Shamans versus Priests

While conducting research for my documentary, I’m frequently asked about the difference between priests and shamans.  While the shaman plays a priest-like role, there are differences between the two.

For some context, let me begin by stating that many scholars have theorized that all of the major world religions have shamanism at their very foundation.   Whether the founder was Abraham, Moses, Jesus, Muhammad, the Buddha, et al. . .

These religions grew out  of attempts to describe, depict, and explain the supernatural experiences of their founders – who were, by any standard, shamans of the highest order.[ref]Graham Hancock, Supernatural: Meetings with the Ancient Teachers of Mankind, (San Francisco: Disinformation Books, 2007), 309.[/ref]

Shaman's Mask - Shamans of Rock and Roll

Shaman’s Mask

And, as the anthropologist Weston La Barre asserted:

All our knowledge of the supernatural derives de facto from the statements made by religious visionaries and ecstatics (i.e. prophets and shamans) – the Priests only administrate the ecclesia established on this supernatural basis.[ref]Weston La Barre, “Hallucinogens and the Shamanic Origins of Religion in Peter Furst (Ed.), Flesh of the Gods: The Ritual Use of Hallucinogens, (New York: Praeger Publishers, 1972), 2611.[/ref]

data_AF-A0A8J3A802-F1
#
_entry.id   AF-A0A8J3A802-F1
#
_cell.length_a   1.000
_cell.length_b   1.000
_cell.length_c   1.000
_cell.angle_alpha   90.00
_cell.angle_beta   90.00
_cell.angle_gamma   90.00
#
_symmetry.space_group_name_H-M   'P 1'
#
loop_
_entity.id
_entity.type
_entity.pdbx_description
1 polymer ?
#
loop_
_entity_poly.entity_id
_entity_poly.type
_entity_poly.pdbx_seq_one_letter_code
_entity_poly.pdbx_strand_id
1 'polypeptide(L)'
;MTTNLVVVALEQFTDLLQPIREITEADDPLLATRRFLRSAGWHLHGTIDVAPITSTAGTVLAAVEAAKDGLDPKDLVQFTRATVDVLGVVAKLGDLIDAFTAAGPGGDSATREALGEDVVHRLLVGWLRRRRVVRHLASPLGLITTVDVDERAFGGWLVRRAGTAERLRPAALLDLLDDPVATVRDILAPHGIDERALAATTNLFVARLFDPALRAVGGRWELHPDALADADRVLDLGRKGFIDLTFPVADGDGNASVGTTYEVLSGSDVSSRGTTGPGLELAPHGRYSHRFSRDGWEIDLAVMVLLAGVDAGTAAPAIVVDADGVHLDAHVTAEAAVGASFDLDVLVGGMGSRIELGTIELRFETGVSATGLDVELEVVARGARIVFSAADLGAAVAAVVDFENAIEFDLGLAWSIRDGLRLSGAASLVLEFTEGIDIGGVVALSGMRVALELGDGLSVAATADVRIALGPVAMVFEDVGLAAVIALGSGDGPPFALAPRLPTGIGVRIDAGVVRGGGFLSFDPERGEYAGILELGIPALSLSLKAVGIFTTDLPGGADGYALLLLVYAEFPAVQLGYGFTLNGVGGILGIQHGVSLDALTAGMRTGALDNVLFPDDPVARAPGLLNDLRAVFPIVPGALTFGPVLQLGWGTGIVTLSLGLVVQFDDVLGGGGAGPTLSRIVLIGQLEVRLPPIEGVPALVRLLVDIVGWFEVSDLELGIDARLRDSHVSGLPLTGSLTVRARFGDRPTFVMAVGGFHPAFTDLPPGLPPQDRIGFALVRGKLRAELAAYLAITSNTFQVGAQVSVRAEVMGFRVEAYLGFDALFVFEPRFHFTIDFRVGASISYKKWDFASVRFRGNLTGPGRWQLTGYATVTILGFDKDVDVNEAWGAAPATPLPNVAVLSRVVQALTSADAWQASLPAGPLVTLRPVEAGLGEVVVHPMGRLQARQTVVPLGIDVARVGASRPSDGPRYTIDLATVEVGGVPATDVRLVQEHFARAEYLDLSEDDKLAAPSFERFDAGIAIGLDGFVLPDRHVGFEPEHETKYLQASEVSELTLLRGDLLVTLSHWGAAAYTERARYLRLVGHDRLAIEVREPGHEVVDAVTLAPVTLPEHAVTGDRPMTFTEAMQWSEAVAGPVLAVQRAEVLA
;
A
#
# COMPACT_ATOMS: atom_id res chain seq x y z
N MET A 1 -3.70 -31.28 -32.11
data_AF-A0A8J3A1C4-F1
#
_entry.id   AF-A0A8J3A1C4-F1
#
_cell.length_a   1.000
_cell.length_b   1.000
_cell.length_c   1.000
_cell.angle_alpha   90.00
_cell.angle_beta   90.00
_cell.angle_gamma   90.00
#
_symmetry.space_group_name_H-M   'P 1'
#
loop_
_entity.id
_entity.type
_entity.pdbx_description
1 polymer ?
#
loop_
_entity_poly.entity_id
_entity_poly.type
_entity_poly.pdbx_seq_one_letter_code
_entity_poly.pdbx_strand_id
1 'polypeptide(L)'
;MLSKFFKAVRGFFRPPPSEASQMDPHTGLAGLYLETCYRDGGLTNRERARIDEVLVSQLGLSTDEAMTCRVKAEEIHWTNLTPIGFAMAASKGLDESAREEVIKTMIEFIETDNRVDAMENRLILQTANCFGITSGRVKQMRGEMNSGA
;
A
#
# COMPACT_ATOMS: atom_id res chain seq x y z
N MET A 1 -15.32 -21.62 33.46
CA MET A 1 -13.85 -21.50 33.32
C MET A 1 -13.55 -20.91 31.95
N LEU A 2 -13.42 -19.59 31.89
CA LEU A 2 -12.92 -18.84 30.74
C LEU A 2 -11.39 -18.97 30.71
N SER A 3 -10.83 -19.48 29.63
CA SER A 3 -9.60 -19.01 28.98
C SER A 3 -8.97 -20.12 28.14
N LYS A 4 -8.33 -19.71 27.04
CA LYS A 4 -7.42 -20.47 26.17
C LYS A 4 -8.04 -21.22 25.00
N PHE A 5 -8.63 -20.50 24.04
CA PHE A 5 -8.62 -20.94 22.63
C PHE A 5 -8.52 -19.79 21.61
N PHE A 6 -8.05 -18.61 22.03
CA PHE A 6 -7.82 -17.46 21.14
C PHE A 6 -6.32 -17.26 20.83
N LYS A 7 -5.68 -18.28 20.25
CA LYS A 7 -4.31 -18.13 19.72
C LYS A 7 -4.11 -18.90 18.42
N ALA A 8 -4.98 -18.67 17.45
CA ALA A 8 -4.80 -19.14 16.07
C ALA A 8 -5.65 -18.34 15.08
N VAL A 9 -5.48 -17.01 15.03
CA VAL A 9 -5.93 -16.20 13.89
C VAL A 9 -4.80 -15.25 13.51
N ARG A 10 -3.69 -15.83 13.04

A further review of the anthropological literature indicates that while some overlap may occur as to what constitutes a shaman versus a priest – shamans primarily obtain their powers from direct contact with spirits – and priests earn their credentials through special training associated with their particular religion. [ref]Gerald Weiss, “Shamanism and Priesthood in the Light of the Campa Ayahuasca Ceremony” in Hallucinogens and Shamanism, edited by Michael J. Harner, (Oxford: Oxford University Press, 1973).[/ref]

As Joseph Campbell describes:

The priest is the socially initiated, ceremonially inducted member of a recognized religious organization, where he holds a certain rank and functions as the tenant of an office that was held by others before him, while the shaman is the one who, as a consequence of a personal psychological crisis, has gained a certain power of his own.[ref]Joseph Campbell, The Masks of God: Primitive Mythology, (London: Penquin Compass, 1969), 231.[/ref]

Bottom line, shamans have the direct experience and priests are part of the religious bureaucracy . . . in most cases.


  1. There is an interesting contrast between the two. Priesthood is earned through years of work and given as part of a religious association. So is becoming a shaman something that is earned or given? Or is it a self declaration of inner awareness or self awareness?

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